6. Katie / Pouting In Heels

    Absolutely brilliant advice! I do many of these on this list and they most definitely help! Thanks for sharing my post and pearl of wisdom too. Us knackered parents have to stick together! 😉 XXX

  7. Urban Mumble

    And I thought it would end one day! My son started sleeping round the clock quite early but my seven month old still wakes up frequently. We sleep trained her and it went better for a while but now we’ve been off the track for weeks again. I hope it’s just teething. Makes me desperate to think some children don’t sleep through the night until they are like 10!! Thanks for sharing these tips. I feel writing lists and working out are particularly helpful tips. Makes you feel more in control.

    • honestmum

      You said 10-eek! I think we all have to do what feels right for us, in our case it’s a king size bed and the boys have doubles and we just survive it! x

  8. Ting at My Travel Monkey

    What an informative post – I wish I had read this a few years back. I find now that nursery just knackers him out now! I especially like the ‘fighting sleep fairies’ I’ve definitely had to do that a few times xx

  9. Mama and More aka Zaz

    Thankyou so much for including me in this brilliantly useful post. Sleep deprivation is quite literally torture, but I wholeheartedly agree with your lovely mama, you have to fake it to make it – even if you don’t feel like it, when you look a bit brighter it just automatically gives you a lift. We are lucky not to suffer often with waking babes as they’ve pretty much always been sleep monsters, but I love the idea of listing positive things to look forward to and planning them in! Great post!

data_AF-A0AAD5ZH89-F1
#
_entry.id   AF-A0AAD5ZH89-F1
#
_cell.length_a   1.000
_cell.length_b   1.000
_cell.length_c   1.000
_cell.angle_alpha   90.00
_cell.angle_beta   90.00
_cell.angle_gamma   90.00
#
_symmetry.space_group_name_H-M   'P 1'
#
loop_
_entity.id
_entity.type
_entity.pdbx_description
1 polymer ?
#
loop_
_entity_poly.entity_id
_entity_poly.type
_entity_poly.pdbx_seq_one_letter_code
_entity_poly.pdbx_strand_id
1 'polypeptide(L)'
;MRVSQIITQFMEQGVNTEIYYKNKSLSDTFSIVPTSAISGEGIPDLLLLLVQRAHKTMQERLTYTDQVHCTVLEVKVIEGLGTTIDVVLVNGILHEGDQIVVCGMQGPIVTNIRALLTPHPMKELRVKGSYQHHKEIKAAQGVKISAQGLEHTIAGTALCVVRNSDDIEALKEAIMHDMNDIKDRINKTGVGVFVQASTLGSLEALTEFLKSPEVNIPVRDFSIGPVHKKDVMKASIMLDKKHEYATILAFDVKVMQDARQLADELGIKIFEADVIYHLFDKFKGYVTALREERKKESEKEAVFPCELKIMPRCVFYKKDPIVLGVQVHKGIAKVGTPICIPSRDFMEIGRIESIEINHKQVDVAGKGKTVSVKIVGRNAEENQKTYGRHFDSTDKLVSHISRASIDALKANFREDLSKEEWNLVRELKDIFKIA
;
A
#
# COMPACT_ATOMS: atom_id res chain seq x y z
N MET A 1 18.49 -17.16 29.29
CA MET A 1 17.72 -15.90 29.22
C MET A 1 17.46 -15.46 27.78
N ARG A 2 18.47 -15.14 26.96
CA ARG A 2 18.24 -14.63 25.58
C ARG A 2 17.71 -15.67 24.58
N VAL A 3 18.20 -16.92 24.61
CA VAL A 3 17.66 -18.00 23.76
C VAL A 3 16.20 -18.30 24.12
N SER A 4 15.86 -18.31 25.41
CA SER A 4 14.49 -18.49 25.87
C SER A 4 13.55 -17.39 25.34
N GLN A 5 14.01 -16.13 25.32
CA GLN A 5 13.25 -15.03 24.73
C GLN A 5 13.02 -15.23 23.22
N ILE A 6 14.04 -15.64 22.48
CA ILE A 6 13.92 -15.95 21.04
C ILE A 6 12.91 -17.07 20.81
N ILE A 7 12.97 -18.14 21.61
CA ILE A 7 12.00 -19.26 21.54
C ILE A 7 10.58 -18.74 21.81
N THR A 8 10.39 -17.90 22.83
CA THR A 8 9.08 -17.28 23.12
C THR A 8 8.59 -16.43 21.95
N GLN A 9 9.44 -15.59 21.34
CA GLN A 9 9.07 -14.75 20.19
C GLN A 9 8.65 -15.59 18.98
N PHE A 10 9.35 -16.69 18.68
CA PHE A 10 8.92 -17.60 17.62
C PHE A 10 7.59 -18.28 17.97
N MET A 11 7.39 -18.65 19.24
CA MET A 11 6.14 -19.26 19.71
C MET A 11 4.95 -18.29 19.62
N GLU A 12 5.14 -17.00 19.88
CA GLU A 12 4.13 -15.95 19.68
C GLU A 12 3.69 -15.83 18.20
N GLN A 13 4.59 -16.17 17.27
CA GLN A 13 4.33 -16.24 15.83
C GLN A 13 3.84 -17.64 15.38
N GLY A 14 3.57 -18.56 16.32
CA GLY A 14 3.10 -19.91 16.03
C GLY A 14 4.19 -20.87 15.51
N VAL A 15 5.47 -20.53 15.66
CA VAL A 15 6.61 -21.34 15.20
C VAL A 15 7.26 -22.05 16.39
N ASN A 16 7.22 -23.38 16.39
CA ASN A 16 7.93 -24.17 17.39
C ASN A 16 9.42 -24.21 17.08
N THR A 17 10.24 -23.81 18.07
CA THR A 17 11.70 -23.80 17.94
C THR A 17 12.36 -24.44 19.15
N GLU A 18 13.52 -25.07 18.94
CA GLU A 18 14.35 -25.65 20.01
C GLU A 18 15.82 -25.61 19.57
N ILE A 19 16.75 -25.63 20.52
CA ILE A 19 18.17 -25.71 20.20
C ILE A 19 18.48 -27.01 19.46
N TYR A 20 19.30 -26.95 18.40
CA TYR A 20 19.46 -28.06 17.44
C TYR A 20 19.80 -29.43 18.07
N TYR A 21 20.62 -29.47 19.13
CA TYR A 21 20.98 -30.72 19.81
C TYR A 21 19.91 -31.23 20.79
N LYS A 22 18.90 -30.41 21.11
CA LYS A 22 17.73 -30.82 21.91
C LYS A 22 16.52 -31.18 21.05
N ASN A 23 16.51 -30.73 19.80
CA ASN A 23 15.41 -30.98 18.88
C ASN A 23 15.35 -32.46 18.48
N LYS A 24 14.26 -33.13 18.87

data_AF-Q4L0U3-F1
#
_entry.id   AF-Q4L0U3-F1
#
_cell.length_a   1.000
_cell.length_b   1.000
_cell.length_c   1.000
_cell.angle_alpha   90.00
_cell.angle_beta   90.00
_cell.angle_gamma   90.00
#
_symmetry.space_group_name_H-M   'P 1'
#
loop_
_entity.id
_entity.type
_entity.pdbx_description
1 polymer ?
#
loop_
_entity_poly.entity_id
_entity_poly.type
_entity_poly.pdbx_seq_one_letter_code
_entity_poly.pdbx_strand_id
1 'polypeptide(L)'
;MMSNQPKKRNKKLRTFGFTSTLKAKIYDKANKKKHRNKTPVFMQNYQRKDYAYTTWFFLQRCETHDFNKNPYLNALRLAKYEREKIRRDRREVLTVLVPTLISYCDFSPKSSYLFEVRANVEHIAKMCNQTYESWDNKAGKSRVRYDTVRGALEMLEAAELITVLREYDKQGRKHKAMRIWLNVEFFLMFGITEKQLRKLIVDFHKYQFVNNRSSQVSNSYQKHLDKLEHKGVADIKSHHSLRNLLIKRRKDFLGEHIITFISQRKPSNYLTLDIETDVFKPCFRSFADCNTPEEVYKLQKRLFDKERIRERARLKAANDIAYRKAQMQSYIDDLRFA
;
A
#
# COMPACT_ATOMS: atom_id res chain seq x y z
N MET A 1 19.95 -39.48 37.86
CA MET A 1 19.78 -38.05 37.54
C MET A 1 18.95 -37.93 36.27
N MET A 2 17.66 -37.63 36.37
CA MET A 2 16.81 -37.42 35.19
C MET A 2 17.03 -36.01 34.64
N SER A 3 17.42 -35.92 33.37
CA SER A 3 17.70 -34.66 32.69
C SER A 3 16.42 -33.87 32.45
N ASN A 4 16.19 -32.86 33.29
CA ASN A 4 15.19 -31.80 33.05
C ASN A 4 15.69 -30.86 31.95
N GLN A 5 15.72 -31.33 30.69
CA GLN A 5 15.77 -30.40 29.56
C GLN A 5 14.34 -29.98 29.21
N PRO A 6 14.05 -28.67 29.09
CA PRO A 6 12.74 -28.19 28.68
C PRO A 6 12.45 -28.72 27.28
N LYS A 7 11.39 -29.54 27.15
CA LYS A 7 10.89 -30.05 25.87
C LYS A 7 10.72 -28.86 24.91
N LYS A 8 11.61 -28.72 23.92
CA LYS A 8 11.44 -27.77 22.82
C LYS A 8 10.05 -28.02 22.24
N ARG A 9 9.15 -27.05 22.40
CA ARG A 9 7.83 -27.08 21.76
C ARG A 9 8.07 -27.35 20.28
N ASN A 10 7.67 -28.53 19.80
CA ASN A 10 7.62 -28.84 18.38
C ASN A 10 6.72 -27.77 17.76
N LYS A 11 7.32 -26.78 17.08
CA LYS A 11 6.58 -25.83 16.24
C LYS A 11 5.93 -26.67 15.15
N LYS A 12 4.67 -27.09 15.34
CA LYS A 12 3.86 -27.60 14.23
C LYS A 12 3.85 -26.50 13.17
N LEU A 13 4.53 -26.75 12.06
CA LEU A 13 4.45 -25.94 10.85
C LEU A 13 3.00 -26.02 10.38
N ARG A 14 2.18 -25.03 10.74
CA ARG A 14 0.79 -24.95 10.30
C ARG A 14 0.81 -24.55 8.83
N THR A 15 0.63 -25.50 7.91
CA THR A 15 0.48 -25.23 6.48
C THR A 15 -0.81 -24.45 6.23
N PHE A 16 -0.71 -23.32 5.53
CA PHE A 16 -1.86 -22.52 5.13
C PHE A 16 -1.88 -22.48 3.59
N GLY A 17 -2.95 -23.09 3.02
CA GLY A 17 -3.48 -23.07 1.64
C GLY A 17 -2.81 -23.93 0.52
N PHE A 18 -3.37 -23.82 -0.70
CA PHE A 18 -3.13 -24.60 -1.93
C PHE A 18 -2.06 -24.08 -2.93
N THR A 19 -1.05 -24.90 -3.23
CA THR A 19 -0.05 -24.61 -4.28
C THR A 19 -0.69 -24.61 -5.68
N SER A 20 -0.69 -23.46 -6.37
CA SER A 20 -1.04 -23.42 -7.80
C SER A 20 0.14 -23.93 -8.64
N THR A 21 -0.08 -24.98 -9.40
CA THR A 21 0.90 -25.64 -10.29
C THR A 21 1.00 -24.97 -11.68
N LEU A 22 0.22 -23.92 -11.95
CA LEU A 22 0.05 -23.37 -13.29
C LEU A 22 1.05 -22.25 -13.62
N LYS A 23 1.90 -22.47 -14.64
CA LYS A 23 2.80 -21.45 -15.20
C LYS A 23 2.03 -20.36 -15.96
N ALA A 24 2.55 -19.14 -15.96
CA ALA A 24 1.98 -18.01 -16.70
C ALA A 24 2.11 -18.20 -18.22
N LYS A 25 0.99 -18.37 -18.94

• honestmum

      Thanks so much Zaz for your brilliant contribution and lovely comment, Mum’s always right, huh and you guys are so lucky your kiddies like sleep x

  10. Juliet McG

    Great to read everyone’s survival tips. I’m definitely going to try the red lipstick! Important points about sleep deprivation leading to depression and not being afraid to ask for help. Look after yourselves everybody x

    • honestmum

      Thanks Juliet for your wonderful contribution and comment. I love that blogging really enables us all to share the tough times with the good and it’s that honesty that is key-it gives us and others the confidence to ask for help if we need it. Thanks x

  11. Mumma McD

    Great post Vicki!
    I forgot to add my most important tip – invest in a good quality concealer!!! These bags aren’t going anywhere for a while 😉

  12. Fiona @ Free Range Chick

    Vicki, if I’d have got my bum into gear (and got enough of my own zzzzz’s) and given you some of my survival tips, I would’ve suggested LOTS of make-up, and definitely wouldn’t have suggested stepping away from the coffee. 8 hours…? Pah, 5 hours in a row would be bliss with my two. However, insomnia is something I’ve battled with on and off (see my latest post) for years, and it doesn’t seem to matter how good my habits are – it just happens. And it usually happens when the kids are having an amazing sleep! As you so rightly say, one day, we may be in sleep credit. But in the meantime, I shall embrace the sleepless pre-school/toddler years with open arms, as they are only like this for a short time. Thanks for compiling these great tips and an excellent, informative post lady! xxx

    • honestmum

      Oh next time chick, would love to hear your tips. I’m like you and last night couldn’t sleep until 2am. I think our bodies get into a routine of disturbed sleep making it harder for us to relax properly as we’re always on alert. I’ve gotten strict about going online before bed and try not to for at least 90 minutes before slumber and yoga helps as does something like porridge with coconut flakes and a little banana before bed to fill me up and help make me sleepy. Hope you get more sleep soon lovely x

  13. Paul

    Really like the idea of sharing, that`s what we plan to do when I go back to work soon, at least you get a decent nights sleep every second night. Although the constant up and down during the night is tough I love getting back to bed every time and drifting off….